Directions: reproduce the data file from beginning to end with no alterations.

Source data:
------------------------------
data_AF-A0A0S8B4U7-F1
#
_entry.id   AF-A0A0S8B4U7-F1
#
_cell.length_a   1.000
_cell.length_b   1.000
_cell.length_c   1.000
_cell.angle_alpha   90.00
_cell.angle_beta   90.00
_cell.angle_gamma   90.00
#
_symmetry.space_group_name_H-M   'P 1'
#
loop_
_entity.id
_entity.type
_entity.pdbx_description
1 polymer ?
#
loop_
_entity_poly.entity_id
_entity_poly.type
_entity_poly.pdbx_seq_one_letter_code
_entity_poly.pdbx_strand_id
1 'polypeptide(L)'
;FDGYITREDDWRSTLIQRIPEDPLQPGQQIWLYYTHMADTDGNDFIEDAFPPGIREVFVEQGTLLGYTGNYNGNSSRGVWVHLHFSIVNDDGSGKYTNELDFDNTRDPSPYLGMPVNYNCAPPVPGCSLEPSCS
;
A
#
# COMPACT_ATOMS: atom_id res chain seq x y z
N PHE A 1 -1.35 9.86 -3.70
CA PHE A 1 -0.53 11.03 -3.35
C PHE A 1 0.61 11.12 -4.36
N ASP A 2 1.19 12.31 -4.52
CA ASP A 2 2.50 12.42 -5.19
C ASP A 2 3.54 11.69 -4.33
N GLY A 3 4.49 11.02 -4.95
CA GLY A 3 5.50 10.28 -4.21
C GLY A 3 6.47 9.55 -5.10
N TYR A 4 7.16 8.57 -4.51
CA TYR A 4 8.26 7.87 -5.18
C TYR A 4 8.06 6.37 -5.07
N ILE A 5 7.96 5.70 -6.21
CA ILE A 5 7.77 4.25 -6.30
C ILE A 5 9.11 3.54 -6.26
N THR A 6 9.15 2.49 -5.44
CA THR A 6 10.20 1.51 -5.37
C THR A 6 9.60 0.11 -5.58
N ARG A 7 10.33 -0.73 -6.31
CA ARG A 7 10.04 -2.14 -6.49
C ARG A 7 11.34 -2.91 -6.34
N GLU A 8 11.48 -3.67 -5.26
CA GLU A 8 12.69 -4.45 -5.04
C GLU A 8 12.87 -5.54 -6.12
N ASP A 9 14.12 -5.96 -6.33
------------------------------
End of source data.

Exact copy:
data_AF-A0A0S8B4U7-F1
#
_entry.id   AF-A0A0S8B4U7-F1
#
_cell.length_a   1.000
_cell.length_b   1.000
_cell.length_c   1.000
_cell.angle_alpha   90.00
_cell.angle_beta   90.00
_cell.angle_gamma   90.00
#
_symmetry.space_group_name_H-M   'P 1'
#
loop_
_entity.id
_entity.type
_entity.pdbx_description
1 polymer ?
#
loop_
_entity_poly.entity_id
_entity_poly.type
_entity_poly.pdbx_seq_one_letter_code
_entity_poly.pdbx_strand_id
1 'polypeptide(L)'
;FDGYITREDDWRSTLIQRIPEDPLQPGQQIWLYYTHMADTDGNDFIEDAFPPGIREVFVEQGTLLGYTGNYNGNSSRGVWVHLHFSIVNDDGSGKYTNELDFDNTRDPSPYLGMPVNYNCAPPVPGCSLEPSCS
;
A
#
# COMPACT_ATOMS: atom_id res chain seq x y z
N PHE A 1 -1.35 9.86 -3.70
CA PHE A 1 -0.53 11.03 -3.35
C PHE A 1 0.61 11.12 -4.36
N ASP A 2 1.19 12.31 -4.52
CA ASP A 2 2.50 12.42 -5.19
C ASP A 2 3.54 11.69 -4.33
N GLY A 3 4.49 11.02 -4.95
CA GLY A 3 5.50 10.28 -4.21
C GLY A 3 6.47 9.55 -5.10
N TYR A 4 7.16 8.57 -4.51
CA TYR A 4 8.26 7.87 -5.18
C TYR A 4 8.06 6.37 -5.07
N ILE A 5 7.96 5.70 -6.21
CA ILE A 5 7.77 4.25 -6.30
C ILE A 5 9.11 3.54 -6.26
N THR A 6 9.15 2.49 -5.44
CA THR A 6 10.20 1.51 -5.37
C THR A 6 9.60 0.11 -5.58
N ARG A 7 10.33 -0.73 -6.31
CA ARG A 7 10.04 -2.14 -6.49
C ARG A 7 11.34 -2.91 -6.34
N GLU A 8 11.48 -3.67 -5.26
CA GLU A 8 12.69 -4.45 -5.04
C GLU A 8 12.87 -5.54 -6.12
N ASP A 9 14.12 -5.96 -6.33